One of the longest-running sagas in the space age has been the quest for a practical, reuseable space plane. The space shuttle program’s winding down now, but it’s not as though it’s ever been the only game in town. Before it came along, there were multiple efforts to design a space plane (within NASA, in the military community, and of course in the then-U.S.S.R.). For most of the shuttle’s operational life, efforts within the U.S. to build anything similar were essentially shut down — but as the shuttle’s reliability issues became more apparent, and the end of its working life neared, interest started flaring up again.
For the U.S. Air Force, this took the form of the X-40 testbed, while NASA didn’t want to be left out and so started its own X-37 program — both unmanned, both started in 1996. But the programs’ political fortunes came and went with the usual political tides — in 2000, the Air Force’s X-40A craft was transferred to NASA for their use in testing X-37 technology. Then in 2004, NASA got tired of the now-combined program and gave it all back to the military, and it’s been a DARPA research project ever since.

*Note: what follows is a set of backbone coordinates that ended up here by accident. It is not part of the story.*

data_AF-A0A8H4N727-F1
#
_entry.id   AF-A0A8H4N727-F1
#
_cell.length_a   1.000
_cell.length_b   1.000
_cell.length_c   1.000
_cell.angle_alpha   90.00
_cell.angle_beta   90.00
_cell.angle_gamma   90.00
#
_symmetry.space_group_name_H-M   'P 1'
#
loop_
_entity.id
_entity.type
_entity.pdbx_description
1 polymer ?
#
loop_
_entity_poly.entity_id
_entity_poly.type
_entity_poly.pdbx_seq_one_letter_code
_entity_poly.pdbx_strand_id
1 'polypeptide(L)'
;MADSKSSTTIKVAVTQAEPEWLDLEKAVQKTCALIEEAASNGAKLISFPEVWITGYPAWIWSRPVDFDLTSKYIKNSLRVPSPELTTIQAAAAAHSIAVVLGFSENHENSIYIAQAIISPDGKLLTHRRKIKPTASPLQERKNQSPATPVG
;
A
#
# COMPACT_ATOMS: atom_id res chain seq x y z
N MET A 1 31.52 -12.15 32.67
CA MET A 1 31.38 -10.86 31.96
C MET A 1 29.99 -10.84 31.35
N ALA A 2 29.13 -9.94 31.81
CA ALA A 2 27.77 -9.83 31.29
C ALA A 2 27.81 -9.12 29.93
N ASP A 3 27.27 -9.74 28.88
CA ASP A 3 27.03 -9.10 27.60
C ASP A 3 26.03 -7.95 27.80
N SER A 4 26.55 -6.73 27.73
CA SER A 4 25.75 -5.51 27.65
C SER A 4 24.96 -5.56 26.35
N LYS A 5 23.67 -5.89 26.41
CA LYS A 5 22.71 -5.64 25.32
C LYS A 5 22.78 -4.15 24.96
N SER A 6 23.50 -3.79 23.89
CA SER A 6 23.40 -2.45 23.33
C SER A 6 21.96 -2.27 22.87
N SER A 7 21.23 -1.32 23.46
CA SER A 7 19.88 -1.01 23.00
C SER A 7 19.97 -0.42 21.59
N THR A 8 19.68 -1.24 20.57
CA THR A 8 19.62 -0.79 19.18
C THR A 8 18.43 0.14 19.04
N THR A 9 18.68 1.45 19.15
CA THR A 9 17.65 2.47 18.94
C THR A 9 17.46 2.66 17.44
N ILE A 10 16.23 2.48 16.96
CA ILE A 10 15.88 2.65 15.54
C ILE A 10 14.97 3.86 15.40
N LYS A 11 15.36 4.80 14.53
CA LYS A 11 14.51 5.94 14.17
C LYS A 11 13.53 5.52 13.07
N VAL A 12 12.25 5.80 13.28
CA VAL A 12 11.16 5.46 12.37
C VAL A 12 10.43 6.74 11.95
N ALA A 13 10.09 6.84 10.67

Probably the best video to be released from either of the programs comes courtesy of the Smithsonian Institution’s Air & Space magazine — it shows a 2001 drop test of the X-40A (back when NASA was running the show):
Since the program got handed back to the military, it seems to be moving along well. The January issue of Air & Space has an in-depth article on recent developments in the X-37 program, scheduled now for its first launch this summer on an Atlas V rocket. There’s also a good writeup on the history of the oddly intertwined X-37 and X-40 programs at a site called the Directory of U.S. Military Rockets and Missiles.